Since the late 1980’s, Illinois officials and their agents have tried every available means to push a huge public works project to fruition, with a keen eye toward ensuring their own political futures and continuing cycle of self-enrichment.

The project is a 23,000-acre airport three times the size of Chicago’s O’Hare International Airport, one of the busiest airports in the world. The state’s desired location is a small farming community north of the Village of Peotone, in eastern Will County, about 40 miles south of downtown Chicago. The project is often called the Peotone Airport.

Airport boosters have dismissed the long-standing practice of producing crops in eastern Will County. Instead, they view the prime farmland as vacant and prime for development. The people most affected, including the local governments of three of the surrounding communities and several adjacent townships, have resisted the development for more than two decades. But, the efforts of this sparsely-populated, politically-innocent region has fallen prey to Illinois’ well-funded, long-entrenched political "pay-to-play" scheme, one that rewards supporters and contributors with lucrative jobs and contracts.

Tax dollars have funded a multitude of government lobbyists who make regular trips to Washington, D.C. and Illinois’ capital of Springfield to guarantee that despite its inability to gain traction on its own; this is the project that will not die. Airport supporters have left tracks on campaign contribution lists and at political fundraisers for years.

CHICAGO, IL - NOVEMBER 5:  Illinois Governor P...
Illinois Governor Pat Quinn (Image credit: Getty Images via @daylife)
Instead of following through on his promise to clean up government, Gov. Patrick Quinn is following in the footsteps of his predecessors on the Peotone project. Ex-Illinois Governor George Ryan now resides in a federal penitentiary, convicted on numerous charges of corruption.

CHICAGO, IL - DECEMBER 7:  Former Illinois Gov...
CHICAGO, IL - DECEMBER 7: Former Illinois Governor Rod Blagojevich (C) holds hands with wife Patti Blagojevich (R) as they get in an elevator in the Dirksen Federal Building December 7, 2011 in Chicago, Illinois. Blagojevich was sentenced to 14 years in prison after he was found guilty of 17 public corruption charges. (Image credit: Getty Images via @daylife)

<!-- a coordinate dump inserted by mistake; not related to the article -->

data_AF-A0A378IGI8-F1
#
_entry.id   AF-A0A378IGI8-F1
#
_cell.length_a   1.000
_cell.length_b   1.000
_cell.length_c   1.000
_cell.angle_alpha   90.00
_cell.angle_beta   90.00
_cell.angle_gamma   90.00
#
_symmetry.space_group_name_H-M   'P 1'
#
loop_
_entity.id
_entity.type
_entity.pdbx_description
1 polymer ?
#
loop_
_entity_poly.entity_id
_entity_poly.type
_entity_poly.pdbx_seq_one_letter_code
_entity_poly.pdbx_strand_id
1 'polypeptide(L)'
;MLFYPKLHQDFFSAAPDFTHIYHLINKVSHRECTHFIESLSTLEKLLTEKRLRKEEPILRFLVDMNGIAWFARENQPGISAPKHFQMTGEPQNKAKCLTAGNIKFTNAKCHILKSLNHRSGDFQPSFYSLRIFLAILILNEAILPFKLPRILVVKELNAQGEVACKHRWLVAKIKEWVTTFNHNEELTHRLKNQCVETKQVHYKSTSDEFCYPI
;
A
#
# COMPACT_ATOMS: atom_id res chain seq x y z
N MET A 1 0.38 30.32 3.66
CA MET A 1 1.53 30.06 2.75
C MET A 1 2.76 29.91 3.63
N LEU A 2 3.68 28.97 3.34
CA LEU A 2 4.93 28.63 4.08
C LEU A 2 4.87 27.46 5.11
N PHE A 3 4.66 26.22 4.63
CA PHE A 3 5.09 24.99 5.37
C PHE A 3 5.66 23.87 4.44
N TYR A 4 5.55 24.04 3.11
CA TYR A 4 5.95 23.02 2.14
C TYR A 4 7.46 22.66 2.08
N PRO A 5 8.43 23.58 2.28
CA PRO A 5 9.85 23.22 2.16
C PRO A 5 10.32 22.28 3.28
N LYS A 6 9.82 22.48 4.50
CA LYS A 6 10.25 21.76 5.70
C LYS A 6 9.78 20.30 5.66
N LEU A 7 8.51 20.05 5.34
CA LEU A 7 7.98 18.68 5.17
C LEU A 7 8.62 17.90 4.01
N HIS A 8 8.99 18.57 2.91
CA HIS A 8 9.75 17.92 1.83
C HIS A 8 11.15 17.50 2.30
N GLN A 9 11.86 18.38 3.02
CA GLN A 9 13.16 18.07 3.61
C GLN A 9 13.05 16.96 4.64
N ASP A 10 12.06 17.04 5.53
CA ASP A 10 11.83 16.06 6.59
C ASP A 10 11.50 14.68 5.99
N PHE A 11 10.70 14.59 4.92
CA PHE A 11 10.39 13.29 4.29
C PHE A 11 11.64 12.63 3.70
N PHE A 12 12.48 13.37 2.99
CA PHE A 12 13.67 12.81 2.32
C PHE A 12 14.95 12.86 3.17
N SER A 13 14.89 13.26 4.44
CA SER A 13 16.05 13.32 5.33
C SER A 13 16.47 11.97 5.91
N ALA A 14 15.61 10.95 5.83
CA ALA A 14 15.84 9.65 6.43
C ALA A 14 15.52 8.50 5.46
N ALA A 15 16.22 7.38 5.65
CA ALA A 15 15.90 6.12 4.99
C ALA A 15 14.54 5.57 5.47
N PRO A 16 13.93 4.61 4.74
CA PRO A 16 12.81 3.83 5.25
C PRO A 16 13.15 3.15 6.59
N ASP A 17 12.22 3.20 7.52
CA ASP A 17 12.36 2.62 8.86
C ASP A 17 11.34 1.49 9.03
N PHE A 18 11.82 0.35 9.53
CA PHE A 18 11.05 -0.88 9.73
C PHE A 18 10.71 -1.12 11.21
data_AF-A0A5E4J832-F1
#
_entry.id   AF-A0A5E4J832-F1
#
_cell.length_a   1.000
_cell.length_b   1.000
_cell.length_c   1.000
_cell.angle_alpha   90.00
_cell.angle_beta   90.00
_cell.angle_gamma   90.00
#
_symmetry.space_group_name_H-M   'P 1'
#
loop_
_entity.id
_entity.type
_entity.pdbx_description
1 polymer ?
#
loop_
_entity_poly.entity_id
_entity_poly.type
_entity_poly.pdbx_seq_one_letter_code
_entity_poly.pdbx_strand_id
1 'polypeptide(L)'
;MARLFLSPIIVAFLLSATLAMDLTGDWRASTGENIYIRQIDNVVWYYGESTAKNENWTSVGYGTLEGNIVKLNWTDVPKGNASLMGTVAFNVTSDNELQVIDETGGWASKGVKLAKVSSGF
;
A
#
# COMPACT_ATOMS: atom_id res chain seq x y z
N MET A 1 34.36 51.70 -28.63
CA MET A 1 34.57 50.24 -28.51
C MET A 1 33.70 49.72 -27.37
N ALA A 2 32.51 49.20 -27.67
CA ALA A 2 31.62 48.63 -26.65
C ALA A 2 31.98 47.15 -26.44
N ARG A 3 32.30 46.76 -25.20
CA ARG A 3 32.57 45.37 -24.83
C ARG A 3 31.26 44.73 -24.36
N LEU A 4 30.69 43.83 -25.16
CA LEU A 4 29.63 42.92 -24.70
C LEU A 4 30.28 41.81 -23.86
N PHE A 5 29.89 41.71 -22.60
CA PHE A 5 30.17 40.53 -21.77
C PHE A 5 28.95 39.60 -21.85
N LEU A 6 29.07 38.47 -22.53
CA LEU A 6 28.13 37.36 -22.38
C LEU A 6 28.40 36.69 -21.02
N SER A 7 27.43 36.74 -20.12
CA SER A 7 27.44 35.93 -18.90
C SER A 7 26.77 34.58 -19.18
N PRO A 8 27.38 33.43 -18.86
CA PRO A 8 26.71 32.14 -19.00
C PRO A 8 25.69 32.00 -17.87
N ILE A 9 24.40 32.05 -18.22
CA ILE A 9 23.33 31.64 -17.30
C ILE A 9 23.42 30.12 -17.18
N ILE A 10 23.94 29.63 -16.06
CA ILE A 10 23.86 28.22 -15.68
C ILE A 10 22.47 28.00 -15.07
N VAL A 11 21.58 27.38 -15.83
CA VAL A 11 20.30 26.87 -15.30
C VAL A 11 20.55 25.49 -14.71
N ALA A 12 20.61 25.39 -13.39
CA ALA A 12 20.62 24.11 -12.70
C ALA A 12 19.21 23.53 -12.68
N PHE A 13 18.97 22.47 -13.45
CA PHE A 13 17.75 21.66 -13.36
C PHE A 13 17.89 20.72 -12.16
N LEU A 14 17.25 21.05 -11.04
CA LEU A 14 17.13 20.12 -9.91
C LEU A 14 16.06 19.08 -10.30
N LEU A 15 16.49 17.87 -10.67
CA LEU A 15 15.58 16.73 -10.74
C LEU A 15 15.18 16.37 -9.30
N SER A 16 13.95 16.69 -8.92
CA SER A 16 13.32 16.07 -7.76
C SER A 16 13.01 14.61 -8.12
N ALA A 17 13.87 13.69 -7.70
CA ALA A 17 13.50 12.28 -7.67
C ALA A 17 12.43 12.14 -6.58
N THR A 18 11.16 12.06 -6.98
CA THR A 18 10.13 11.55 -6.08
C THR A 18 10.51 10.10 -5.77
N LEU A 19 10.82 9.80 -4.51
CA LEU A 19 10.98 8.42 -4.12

Ex-Governor Rod Blagojevich was roused from his bed in the early morning hours last winter by FBI agents who took him into custody. He was later impeached by the Illinois legislature. Among other things, he was accused of trying to sell a seat in the U.S. Senate, formerly held by President Barack Obama, to the highest bidder.

One of those bidders was identified as Congressman Jesse Jackson, Jr., D-Chicago, one of the airport's biggest proponents. He too is being investigated.

English: Former Illinois Governor George Ryan
English: Former Illinois Governor George Ryan (Photo credit: Wikipedia)
Despite numerous factors that threaten to shelf the decades-old project, the former Lt. Governor under Blagojevich, Quinn pushed for another $100 million to buy land for the airport. Land acquisition, started in 2001 when Ex-Gov. Ryan paved the way. The state bought numerous unsold lots in an upscale subdivision belonging to one of his campaign contributors. The housing development was located just outside the airport boundaries, but was close enough to initiate a selling frenzy.

Together with threats of eminent domain, an inability to sell property in the doomed real estate market long-manipulated by the threat of an airport nearby, and the fear of the future; some landowners sold to the state. They simply gave up and moved on with their lives. The first talk of an airport in the Peotone area was a headline in the local newspaper forty years ago, in 1968.

Many of the remaining families who live in the airport footprint are what the state calls, "unwilling sellers." They have dug in their heels, refusing to be intimidated. Undaunted, the state continues its efforts to coerce real estate sales. Some landowners have farmed there for generations.